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The infamous “Gimli Glider”. Air Canada 767 made an emergency landing at an abandoned airstrip in Gimli, Manitoba. The plane ran out of fuel when a technician made a mistake converting gallons into litres.

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Up and away  at LAX

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Berlin Airshow. The American section with the giant C-5 Galaxy dwarfing everything else.

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The Russian Anotov AN-225 Mriya. Biggest plane in the world.

 

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Crosswinds

 

More Crosswinds

 

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747 into the sunset

 

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Car-go

 

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Thunderbirds over Nevada

 

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F-100 Super Sabre alongside FedEx MD-111 Mojave, California.

A Very Very Big Balloon!

Project Echo was the first passive communications satellite experiment. Each of the two American spacecraft, launched in 1960 and 1964, was a metalized balloon satellite acting as a passive reflector of microwave signals. Communication signals were bounced off them from one point on Earth to another.

During ground inflation tests, 40,000 pounds (18,000 kg) of air were needed to fill the balloon, but while in orbit, several pounds of gas were all that was required to fill the sphere. At launch, the balloon weighed 156.995 pounds (71.212 kg), including 33.34 pounds (15.12 kg) of sublimating powders of two types. According to NASA, “To keep the sphere inflated in spite of meteorite punctures and skin permeability, a make-up gas system using evaporating liquid or crystals of a subliming solid were incorporated inside the satellite.” One of the powders weighed 10 pounds (4.5 kg), with a very high vapor pressure; the other had a much lower vapor pressure.

Echo 2 was a 41.1-meter-diameter (135 ft) balloon satellite, the last launched by Project Echo. A revised inflation system was used for the balloon, to improve its smoothness and sphericity. Echo 2’s skin was rigidizable, unlike that of Echo 1A. Therefore, the balloon was capable of maintaining its shape without a constant internal pressure; a long-term supply of inflation gas was not needed, and it could easily survive strikes from micrometeoroids. The balloon was constructed from “a 0.35 mil (9 µm) thick mylar film sandwiched between two layers of 0.18 mil (4.5 µm) thick aluminum foil and bonded together.” It was inflated to a pressure that caused the metal layers of the laminate to slightly plastically deform, while the polymer was still in the elastic range. This resulted in a rigid and very smooth spherical shell.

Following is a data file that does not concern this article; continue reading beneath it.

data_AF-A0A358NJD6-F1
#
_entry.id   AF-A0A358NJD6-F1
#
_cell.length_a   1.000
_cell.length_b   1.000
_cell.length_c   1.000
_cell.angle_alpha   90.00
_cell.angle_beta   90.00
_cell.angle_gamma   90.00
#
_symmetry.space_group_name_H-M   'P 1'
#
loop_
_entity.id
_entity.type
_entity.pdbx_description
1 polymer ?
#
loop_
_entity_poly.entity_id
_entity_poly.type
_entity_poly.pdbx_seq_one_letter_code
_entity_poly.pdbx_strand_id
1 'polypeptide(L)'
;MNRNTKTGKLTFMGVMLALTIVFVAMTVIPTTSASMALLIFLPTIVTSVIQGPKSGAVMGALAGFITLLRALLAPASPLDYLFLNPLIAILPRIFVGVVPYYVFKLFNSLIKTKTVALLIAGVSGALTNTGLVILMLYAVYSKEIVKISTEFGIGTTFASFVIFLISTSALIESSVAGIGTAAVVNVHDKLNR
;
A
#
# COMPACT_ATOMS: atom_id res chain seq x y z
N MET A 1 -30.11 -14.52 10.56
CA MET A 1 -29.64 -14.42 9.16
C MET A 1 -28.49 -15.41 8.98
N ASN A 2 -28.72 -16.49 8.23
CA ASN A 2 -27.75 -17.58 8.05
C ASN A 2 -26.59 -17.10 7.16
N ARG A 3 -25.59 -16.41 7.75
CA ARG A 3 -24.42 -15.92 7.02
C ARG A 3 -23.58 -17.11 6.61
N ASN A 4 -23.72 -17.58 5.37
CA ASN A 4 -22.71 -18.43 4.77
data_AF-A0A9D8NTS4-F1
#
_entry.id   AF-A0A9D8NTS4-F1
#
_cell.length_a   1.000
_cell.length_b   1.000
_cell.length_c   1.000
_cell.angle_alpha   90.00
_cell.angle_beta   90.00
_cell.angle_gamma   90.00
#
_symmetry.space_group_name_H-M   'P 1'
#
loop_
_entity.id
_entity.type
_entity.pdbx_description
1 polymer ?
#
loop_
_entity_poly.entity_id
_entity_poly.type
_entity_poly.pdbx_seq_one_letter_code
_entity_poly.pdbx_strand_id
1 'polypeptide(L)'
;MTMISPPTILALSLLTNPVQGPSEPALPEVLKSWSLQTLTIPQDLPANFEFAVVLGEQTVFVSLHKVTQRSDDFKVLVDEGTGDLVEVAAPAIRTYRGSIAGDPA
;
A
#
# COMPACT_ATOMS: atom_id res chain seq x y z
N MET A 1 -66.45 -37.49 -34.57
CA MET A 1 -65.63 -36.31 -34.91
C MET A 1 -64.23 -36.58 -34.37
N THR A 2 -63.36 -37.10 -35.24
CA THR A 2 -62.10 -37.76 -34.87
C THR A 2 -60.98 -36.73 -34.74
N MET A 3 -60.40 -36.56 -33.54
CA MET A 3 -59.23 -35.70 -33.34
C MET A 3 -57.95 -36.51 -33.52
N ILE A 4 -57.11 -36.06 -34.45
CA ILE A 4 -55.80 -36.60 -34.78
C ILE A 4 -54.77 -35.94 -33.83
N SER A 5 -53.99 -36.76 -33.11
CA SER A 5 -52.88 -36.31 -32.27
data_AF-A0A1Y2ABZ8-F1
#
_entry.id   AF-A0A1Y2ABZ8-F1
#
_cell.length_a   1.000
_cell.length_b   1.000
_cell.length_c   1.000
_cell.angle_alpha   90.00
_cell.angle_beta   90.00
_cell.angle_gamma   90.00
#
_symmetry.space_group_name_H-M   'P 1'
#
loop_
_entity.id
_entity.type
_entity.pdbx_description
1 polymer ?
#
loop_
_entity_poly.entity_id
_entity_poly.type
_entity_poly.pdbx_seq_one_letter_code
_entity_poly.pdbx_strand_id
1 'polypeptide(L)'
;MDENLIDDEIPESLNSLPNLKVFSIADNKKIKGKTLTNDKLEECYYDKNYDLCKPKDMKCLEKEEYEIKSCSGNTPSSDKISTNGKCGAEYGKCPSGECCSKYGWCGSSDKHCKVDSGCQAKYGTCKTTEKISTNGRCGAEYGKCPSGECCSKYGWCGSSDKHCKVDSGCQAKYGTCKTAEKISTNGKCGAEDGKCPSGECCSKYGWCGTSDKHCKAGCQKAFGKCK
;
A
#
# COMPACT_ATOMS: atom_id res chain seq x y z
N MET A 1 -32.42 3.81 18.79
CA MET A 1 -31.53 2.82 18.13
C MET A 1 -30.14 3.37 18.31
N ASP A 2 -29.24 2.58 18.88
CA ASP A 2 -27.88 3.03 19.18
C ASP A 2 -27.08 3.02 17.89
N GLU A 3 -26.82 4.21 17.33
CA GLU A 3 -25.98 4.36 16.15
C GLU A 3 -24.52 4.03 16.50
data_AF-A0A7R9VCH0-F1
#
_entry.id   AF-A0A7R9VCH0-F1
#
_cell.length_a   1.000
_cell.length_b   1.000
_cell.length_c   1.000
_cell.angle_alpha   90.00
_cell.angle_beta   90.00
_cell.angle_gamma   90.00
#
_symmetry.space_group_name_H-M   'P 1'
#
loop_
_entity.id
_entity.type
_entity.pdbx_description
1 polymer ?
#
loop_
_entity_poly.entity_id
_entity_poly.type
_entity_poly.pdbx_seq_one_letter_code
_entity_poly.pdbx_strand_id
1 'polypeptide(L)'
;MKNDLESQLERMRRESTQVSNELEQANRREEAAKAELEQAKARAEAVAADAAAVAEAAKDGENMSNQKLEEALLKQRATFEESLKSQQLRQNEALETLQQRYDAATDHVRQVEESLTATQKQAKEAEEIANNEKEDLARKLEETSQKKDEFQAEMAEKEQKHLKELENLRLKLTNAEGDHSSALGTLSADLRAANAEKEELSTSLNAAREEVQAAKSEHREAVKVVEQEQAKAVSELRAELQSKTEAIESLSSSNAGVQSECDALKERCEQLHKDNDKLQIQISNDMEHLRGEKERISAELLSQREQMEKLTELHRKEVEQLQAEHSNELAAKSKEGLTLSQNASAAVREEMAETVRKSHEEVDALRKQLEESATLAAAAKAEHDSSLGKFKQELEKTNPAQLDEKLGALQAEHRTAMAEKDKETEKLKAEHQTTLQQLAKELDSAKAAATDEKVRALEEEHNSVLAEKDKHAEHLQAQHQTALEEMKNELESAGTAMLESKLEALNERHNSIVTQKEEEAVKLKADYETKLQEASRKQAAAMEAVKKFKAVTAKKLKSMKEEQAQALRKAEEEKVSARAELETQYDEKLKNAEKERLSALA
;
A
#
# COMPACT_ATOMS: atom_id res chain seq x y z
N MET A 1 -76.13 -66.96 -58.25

Echo 2 was launched January 25, 1964, on a Thor Agena rocket. In addition to passive communications experiments, it was used to investigate the dynamics of large spacecraft and for global geometric geodesy. Since it was larger than Echo 1A and orbiting in a near-polar orbit, Echo 2 was conspicuously visible to the unaided eye over all of the Earth. It reentered Earth’s atmosphere and burned up on June 7, 1969.

Both Echo 1A and Echo 2 experienced a solar sail effect due to their large size and low mass. Later passive communications satellites, such as OV1-08 PasComSat, solved the problems associated with this by using a grid-sphere design instead of a covered surface. Later yet, NASA abandoned passive communications systems altogether, in favor of active satellites.

Strange UFO?

A curious piece of footage from Brazil shows a strange unidentified flying object which bears an uncanny resemblance to a jellyfish. The puzzling anomaly was recorded over the city of Sao Paolo last month and the video of the strange sighting subsequently popped up online this past weekend. Unfortunately, aside from those details, there is no other information surrounding the circumstances in which the scene was filmed.

In the footage, the UFO initially appears as a fairly indistinct anomaly high in the sky and far away from the person behind the camera. However, when they zoom in on the object, one can see that it appears to have a dome-like top with some tentacles, for lack of a better word, dangling from it. Since appearing online, the video has been picked up by several YouTube channels devoted to odd aerial anomalies and, in turn, various suggestions for the nature of the object have been offered.

The most prominent possibilities put forward by UFO enthusiasts is that the anomaly is either some kind of alien craft or, failing that, a heretofore unidentified flying creature. More skeptical observers have offered a different take, arguing that the oddity is either a balloon or a jellyfish kite. The latter theory seems to have some merit, although the height and distance of the mystery object raise some doubts about that.

I googled jellyfish kite. Got a picture. Sure looks like a jellyfish kite.